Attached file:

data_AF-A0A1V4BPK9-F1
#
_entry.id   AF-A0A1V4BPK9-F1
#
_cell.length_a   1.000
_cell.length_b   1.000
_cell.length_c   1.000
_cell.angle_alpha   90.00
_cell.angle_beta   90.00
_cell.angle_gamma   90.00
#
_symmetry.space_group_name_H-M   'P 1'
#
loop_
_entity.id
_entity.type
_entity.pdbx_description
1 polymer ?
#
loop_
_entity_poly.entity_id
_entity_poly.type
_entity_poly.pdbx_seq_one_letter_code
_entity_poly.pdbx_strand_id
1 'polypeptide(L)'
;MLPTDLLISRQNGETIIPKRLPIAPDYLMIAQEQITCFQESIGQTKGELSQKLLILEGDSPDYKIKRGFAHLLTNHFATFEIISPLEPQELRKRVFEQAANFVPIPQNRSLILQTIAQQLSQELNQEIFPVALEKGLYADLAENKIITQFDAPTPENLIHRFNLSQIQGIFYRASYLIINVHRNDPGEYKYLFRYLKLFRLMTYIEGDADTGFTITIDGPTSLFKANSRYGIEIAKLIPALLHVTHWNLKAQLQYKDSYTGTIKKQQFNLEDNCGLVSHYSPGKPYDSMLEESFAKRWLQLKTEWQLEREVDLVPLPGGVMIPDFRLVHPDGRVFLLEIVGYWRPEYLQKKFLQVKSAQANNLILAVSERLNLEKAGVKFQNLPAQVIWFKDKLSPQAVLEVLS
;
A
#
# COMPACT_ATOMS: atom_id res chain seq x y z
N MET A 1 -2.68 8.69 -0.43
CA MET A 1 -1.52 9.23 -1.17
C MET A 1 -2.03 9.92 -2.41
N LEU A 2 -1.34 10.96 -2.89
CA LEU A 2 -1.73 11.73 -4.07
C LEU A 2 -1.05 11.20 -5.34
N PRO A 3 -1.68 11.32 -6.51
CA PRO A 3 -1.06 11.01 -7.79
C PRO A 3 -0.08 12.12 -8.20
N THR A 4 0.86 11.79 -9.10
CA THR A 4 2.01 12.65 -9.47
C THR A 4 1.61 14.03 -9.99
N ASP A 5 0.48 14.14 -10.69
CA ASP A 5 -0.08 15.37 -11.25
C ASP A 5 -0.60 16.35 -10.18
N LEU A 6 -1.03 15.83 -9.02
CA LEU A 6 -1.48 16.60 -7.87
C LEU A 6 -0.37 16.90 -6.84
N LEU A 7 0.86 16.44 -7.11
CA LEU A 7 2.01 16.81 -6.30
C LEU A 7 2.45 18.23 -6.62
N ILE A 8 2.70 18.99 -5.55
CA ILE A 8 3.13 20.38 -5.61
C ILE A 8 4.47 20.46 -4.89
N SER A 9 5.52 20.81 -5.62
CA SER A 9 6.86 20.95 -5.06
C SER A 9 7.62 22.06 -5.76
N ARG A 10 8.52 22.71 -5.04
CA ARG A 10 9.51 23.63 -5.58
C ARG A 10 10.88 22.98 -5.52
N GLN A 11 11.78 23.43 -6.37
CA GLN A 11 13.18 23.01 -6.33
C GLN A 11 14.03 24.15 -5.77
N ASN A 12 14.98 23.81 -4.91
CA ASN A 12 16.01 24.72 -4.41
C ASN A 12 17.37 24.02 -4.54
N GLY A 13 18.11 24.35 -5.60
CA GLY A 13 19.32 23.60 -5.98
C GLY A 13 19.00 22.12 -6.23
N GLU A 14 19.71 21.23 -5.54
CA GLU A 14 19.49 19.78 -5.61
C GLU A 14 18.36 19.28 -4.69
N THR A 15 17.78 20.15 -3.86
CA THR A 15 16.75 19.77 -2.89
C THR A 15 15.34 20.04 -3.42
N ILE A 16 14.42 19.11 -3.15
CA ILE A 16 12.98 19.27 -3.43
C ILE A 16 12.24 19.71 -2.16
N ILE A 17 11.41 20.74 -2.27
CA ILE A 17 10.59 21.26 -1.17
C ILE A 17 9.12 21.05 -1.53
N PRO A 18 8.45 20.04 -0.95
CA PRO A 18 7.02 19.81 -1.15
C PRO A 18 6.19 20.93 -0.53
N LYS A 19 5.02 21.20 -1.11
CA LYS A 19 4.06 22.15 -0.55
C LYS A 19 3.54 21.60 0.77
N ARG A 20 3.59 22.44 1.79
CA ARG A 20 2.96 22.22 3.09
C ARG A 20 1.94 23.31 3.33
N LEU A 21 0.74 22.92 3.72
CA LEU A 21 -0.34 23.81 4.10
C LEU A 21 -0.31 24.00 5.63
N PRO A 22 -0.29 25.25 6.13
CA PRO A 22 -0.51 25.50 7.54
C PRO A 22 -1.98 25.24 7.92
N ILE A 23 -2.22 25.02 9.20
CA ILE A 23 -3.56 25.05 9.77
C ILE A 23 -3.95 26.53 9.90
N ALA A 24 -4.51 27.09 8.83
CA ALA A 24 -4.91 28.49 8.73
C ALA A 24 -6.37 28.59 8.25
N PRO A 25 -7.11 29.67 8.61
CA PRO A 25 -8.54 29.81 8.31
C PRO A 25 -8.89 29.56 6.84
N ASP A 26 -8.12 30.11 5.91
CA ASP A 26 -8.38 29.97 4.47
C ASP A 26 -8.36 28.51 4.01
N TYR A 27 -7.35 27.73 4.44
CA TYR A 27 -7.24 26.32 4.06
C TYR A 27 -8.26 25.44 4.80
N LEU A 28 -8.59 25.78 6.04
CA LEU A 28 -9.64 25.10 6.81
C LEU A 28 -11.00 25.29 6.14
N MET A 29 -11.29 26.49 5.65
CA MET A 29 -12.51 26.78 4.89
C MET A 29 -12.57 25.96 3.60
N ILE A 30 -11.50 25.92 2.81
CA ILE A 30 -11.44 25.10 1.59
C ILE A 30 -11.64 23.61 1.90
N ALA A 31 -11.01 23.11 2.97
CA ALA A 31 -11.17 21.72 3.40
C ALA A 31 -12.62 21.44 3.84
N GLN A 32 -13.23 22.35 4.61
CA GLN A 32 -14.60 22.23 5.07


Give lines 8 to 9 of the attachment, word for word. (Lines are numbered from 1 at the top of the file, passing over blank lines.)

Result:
_cell.angle_alpha   90.00
_cell.angle_beta   90.00